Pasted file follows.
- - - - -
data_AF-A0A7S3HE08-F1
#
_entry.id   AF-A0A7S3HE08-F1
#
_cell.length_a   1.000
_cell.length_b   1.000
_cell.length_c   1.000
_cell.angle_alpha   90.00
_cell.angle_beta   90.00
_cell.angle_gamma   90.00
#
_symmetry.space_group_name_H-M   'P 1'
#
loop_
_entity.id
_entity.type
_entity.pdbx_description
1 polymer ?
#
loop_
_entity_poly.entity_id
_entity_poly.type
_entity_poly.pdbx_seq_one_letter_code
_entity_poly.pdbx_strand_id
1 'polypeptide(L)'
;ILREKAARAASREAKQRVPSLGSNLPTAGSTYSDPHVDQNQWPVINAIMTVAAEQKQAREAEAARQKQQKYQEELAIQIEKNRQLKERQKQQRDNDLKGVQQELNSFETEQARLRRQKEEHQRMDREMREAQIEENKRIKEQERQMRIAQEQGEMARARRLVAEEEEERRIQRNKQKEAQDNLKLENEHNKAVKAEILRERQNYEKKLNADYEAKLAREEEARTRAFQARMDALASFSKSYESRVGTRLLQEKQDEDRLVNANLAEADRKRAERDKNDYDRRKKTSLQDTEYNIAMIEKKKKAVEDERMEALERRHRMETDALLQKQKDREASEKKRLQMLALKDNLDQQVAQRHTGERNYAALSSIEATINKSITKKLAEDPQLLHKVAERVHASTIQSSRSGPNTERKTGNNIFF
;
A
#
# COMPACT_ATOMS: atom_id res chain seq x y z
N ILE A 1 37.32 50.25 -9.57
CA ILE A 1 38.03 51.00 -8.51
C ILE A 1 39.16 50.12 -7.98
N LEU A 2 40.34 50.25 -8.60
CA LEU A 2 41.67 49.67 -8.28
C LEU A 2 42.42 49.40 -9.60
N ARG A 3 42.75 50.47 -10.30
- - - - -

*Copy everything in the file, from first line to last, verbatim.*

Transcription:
data_AF-A0A7S3HE08-F1
#
_entry.id   AF-A0A7S3HE08-F1
#
_cell.length_a   1.000
_cell.length_b   1.000
_cell.length_c   1.000
_cell.angle_alpha   90.00
_cell.angle_beta   90.00
_cell.angle_gamma   90.00
#
_symmetry.space_group_name_H-M   'P 1'
#
loop_
_entity.id
_entity.type
_entity.pdbx_description
1 polymer ?
#
loop_
_entity_poly.entity_id
_entity_poly.type
_entity_poly.pdbx_seq_one_letter_code
_entity_poly.pdbx_strand_id
1 'polypeptide(L)'
;ILREKAARAASREAKQRVPSLGSNLPTAGSTYSDPHVDQNQWPVINAIMTVAAEQKQAREAEAARQKQQKYQEELAIQIEKNRQLKERQKQQRDNDLKGVQQELNSFETEQARLRRQKEEHQRMDREMREAQIEENKRIKEQERQMRIAQEQGEMARARRLVAEEEEERRIQRNKQKEAQDNLKLENEHNKAVKAEILRERQNYEKKLNADYEAKLAREEEARTRAFQARMDALASFSKSYESRVGTRLLQEKQDEDRLVNANLAEADRKRAERDKNDYDRRKKTSLQDTEYNIAMIEKKKKAVEDERMEALERRHRMETDALLQKQKDREASEKKRLQMLALKDNLDQQVAQRHTGERNYAALSSIEATINKSITKKLAEDPQLLHKVAERVHASTIQSSRSGPNTERKTGNNIFF
;
A
#
# COMPACT_ATOMS: atom_id res chain seq x y z
N ILE A 1 37.32 50.25 -9.57
CA ILE A 1 38.03 51.00 -8.51
C ILE A 1 39.16 50.12 -7.98
N LEU A 2 40.34 50.25 -8.60
CA LEU A 2 41.67 49.67 -8.28
C LEU A 2 42.42 49.40 -9.60
N ARG A 3 42.75 50.47 -10.30